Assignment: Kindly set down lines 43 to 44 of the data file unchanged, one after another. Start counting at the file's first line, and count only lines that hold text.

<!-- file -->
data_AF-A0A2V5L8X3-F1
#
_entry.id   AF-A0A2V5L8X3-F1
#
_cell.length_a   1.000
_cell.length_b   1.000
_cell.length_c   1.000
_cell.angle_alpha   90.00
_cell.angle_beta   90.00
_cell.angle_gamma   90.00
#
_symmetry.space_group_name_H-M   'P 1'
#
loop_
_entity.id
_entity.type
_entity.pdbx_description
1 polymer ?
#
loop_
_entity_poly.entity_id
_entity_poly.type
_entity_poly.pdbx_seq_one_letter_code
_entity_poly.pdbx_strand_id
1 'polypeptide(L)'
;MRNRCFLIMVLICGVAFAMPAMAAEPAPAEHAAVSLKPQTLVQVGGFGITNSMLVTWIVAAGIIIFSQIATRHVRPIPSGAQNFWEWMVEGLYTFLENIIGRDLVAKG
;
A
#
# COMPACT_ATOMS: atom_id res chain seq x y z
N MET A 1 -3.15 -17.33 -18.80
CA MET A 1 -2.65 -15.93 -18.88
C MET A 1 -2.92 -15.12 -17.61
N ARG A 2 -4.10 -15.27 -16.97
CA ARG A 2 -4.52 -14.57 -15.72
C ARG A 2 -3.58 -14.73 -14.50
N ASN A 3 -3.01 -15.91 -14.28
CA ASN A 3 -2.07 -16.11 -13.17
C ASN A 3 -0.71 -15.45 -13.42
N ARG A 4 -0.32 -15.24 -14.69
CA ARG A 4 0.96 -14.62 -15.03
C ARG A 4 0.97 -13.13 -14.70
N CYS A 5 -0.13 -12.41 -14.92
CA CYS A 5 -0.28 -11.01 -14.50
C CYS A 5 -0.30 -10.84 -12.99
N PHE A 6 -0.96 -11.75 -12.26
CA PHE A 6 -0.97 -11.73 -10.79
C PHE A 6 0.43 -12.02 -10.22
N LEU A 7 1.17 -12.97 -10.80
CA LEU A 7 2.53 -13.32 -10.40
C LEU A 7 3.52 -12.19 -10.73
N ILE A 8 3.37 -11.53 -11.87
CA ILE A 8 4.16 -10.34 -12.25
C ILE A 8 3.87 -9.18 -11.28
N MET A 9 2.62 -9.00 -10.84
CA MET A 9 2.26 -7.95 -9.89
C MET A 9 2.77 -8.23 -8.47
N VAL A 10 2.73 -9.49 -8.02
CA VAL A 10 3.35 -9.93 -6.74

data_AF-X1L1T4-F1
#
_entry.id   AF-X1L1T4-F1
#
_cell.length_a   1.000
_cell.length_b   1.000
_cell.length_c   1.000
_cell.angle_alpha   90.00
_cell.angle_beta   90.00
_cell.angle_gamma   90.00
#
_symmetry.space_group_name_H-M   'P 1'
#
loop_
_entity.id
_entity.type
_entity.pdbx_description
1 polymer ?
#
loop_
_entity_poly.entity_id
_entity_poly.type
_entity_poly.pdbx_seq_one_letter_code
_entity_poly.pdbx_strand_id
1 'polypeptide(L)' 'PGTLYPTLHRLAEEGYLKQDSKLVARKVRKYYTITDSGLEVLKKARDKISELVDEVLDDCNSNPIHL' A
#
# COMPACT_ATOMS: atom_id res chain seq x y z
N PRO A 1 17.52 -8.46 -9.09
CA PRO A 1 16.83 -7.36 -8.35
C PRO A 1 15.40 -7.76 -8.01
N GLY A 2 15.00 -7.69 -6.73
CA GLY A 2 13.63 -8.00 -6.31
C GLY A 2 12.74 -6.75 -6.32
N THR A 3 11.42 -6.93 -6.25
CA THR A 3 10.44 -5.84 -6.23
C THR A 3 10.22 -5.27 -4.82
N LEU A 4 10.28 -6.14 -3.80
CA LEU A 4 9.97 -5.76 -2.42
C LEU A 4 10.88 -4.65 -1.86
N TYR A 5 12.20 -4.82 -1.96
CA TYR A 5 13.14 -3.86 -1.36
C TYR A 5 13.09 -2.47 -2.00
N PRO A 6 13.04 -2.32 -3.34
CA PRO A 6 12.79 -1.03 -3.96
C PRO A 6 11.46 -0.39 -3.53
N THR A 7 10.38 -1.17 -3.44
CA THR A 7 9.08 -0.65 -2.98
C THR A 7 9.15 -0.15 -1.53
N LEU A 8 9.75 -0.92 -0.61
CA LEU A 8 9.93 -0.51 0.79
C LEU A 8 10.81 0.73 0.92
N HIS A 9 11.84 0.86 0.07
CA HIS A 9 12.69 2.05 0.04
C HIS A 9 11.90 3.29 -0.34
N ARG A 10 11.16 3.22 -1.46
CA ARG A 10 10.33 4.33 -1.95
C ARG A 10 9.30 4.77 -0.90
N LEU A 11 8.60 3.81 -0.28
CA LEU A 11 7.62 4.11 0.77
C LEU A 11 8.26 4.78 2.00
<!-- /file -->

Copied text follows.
N CYS A 5 -0.13 -12.41 -14.92
CA CYS A 5 -0.28 -11.01 -14.50